Several portions of South Carolina's immigration law are still blocked from taking effect, according to a ruling Tuesday from a federal appeals court.
The 4th U.S. Circuit Court of Appeals upheld a lower court's ruling barring certain provisions from the 2011 law, including those that would make it a state crime not to carry immigration paperwork or for people in the country illegally to house or transport themselves.
Those portions, the court wrote, inappropriately criminalize activity that should be left up to the federal government to regulate.
"They make criminals out of aliens attempting to do no more than go to school, go to work, and care for their families," the court wrote.
Eric Esquivel, co-chairman of the Lowcountry Immigration Coalition based in Beaufort County, agreed with the ruling. The coalition is one of the plaintiffs in the lawsuit challenging the implementation of the S.C. law.
"We can't solve immigration on a state or county or city level; it just makes the problem worse," said Esquivel, who also is the publisher of La Isla magazine. "This is a federal issue, and we need to demand that they acknowledge and address it."
The new law -- modeled after similar legislation in Arizona and considered among the toughest in the nation -- has been in litigation since it passed the S.C. legislature. The federal government and civil liberties groups quickly challenged the law, saying in a 2011 lawsuit that portions, including a provision allowing police to check people's immigration status, were unconstitutional.
Esquivel said it's unwise to follow what other states have done when it comes to immigration law.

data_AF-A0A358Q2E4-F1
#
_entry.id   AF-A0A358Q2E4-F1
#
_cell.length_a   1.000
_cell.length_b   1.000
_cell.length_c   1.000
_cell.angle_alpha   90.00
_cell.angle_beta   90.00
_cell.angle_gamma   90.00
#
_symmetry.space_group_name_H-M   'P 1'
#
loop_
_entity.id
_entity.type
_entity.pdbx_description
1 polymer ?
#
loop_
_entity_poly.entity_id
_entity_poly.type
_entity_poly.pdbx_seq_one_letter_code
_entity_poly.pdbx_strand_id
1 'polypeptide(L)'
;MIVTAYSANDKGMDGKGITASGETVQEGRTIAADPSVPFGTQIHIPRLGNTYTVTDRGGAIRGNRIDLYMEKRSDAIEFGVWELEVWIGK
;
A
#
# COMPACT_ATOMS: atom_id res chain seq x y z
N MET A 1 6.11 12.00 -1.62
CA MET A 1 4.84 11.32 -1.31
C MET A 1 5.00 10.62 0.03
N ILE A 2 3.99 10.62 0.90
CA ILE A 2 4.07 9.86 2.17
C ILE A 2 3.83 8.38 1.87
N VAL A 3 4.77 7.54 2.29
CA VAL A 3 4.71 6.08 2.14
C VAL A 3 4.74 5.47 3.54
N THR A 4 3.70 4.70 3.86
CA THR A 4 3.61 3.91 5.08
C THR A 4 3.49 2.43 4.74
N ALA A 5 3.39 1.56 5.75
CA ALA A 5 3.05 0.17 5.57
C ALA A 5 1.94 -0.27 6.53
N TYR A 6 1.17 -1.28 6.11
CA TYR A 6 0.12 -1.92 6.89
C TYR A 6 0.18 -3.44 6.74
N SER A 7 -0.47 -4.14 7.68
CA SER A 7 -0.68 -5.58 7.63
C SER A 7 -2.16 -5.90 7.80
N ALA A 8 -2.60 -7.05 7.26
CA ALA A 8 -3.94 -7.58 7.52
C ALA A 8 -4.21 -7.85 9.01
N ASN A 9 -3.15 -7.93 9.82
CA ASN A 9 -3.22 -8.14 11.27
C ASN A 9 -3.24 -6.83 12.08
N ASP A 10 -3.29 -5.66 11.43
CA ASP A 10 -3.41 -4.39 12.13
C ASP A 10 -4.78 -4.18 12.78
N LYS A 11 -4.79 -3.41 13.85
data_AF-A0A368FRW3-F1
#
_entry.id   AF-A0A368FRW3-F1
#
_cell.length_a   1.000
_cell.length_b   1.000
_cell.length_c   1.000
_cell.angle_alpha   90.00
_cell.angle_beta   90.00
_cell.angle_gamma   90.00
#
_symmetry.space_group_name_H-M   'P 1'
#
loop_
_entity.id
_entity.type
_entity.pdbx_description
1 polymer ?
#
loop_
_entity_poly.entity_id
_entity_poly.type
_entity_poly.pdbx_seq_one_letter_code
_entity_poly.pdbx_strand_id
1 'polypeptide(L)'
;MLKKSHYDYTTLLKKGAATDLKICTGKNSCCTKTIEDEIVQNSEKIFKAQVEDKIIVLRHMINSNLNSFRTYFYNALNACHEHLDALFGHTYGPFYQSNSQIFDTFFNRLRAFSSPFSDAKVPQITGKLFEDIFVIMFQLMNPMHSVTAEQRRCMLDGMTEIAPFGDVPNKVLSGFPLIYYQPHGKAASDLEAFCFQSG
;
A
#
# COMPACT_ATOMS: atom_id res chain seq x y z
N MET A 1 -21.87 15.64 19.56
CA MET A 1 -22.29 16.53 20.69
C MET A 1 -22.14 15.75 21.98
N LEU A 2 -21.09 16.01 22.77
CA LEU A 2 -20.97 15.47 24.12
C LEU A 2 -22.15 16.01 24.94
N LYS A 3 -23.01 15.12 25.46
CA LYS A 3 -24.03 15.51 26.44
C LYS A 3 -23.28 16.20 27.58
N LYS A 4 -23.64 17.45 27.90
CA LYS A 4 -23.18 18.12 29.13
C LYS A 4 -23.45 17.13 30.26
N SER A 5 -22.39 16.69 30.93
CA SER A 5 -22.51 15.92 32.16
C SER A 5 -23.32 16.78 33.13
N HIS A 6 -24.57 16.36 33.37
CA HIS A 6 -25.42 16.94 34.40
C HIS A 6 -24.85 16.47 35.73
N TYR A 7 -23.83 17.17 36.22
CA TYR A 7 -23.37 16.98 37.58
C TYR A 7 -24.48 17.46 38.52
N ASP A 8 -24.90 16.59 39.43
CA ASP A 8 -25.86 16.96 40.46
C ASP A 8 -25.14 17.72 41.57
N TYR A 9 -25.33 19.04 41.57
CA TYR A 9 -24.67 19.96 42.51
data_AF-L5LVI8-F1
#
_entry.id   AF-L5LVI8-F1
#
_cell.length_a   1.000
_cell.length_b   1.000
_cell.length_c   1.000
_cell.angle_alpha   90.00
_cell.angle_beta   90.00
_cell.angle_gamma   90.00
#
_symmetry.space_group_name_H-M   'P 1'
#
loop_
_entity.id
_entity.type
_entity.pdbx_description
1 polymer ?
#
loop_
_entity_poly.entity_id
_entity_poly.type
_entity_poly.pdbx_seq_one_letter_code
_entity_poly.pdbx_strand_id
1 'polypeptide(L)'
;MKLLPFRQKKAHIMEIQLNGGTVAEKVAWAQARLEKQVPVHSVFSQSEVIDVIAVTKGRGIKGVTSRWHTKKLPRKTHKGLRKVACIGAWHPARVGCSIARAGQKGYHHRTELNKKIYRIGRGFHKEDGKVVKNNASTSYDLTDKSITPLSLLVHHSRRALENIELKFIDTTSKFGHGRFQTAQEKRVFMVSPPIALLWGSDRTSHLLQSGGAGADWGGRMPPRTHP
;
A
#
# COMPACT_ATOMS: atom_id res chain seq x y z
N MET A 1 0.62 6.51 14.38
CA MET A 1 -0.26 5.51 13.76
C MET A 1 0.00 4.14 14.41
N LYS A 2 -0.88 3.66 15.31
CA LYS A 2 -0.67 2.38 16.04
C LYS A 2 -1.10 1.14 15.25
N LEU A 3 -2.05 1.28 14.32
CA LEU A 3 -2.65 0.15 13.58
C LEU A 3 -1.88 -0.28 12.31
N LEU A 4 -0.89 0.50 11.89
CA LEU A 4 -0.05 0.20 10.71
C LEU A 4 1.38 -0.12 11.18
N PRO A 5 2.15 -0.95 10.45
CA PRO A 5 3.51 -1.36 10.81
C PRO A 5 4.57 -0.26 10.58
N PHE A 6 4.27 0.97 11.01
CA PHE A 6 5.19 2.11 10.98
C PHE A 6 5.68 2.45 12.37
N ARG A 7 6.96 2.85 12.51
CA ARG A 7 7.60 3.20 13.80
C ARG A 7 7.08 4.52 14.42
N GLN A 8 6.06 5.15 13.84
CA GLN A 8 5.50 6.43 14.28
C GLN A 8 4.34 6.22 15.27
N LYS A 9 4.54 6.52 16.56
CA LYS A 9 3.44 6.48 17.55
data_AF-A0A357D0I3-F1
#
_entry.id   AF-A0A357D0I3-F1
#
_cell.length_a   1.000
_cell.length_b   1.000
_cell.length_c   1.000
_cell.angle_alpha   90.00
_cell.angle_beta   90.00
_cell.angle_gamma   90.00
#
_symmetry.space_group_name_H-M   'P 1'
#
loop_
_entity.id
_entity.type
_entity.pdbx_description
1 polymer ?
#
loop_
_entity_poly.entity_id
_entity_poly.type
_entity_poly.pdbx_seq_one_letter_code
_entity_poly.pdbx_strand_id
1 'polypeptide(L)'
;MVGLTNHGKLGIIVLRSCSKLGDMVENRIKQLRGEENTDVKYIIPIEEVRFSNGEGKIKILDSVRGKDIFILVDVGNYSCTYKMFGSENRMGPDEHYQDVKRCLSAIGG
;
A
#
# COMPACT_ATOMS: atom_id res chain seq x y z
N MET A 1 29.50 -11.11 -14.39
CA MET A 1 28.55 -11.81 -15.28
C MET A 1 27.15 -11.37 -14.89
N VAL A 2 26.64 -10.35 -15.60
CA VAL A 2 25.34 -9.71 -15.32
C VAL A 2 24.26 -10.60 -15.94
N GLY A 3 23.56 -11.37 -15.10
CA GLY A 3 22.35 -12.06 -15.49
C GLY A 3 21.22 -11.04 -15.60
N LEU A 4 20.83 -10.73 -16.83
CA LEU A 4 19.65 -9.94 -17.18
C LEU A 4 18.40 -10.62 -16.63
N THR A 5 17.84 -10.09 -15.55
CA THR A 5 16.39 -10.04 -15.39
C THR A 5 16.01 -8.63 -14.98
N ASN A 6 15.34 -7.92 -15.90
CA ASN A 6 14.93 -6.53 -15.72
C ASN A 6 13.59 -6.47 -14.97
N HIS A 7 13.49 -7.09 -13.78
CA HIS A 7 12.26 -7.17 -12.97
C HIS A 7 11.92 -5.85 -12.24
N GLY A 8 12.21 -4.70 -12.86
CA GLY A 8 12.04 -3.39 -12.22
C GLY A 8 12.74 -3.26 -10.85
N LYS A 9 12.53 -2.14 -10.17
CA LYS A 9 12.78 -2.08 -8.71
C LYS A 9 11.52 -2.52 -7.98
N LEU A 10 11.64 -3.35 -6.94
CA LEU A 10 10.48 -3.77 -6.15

"The results in those states have been pretty negative and especially have had a negative economic impact," Esquivel said.
Some business-related parts of the law took effect in January 2012, including a requirement that businesses check new hires' legal status through a federal system. South Carolina's lawsuit was put on hold while the U.S. Supreme Court considered a legal challenge to Arizona's law.
At that time, U.S. District Judge Richard Gergel blocked several provisions, including the status check provision, as well as policies that would make it a state crime not to carry immigration paperwork or for people who are in the country illegally to transport or house themselves.
When the U.S. Supreme Court ruled much of the Arizona law unconstitutional -- but kept the status check provision in place -- Gergel revised his ruling, allowing a similar portion of South Carolina's law to take effect but continuing to block the paperwork and transportation provisions.
S.C. Attorney General Alan Wilson asked the 4th Circuit to review that decision, which the higher court upheld Tuesday. His office said he was studying the decision and reviewing his options.
Esquivel said it's time to stop the appeals.
"The question I pose is, how many times does our state attorney general need to try to enforce the unenforcable?" Esquivel asked. "Continuing to push this is a waste of our taxpayers' time and money on a decision that has already been decided and blocked twice."
The Associated Press and Packet/Gazette staff writer Sarah Bowman contributed.
Keywords: immigration, immigration law, illegal aliens, Alan Wilson, Richard Gergel, Supreme Court, litigation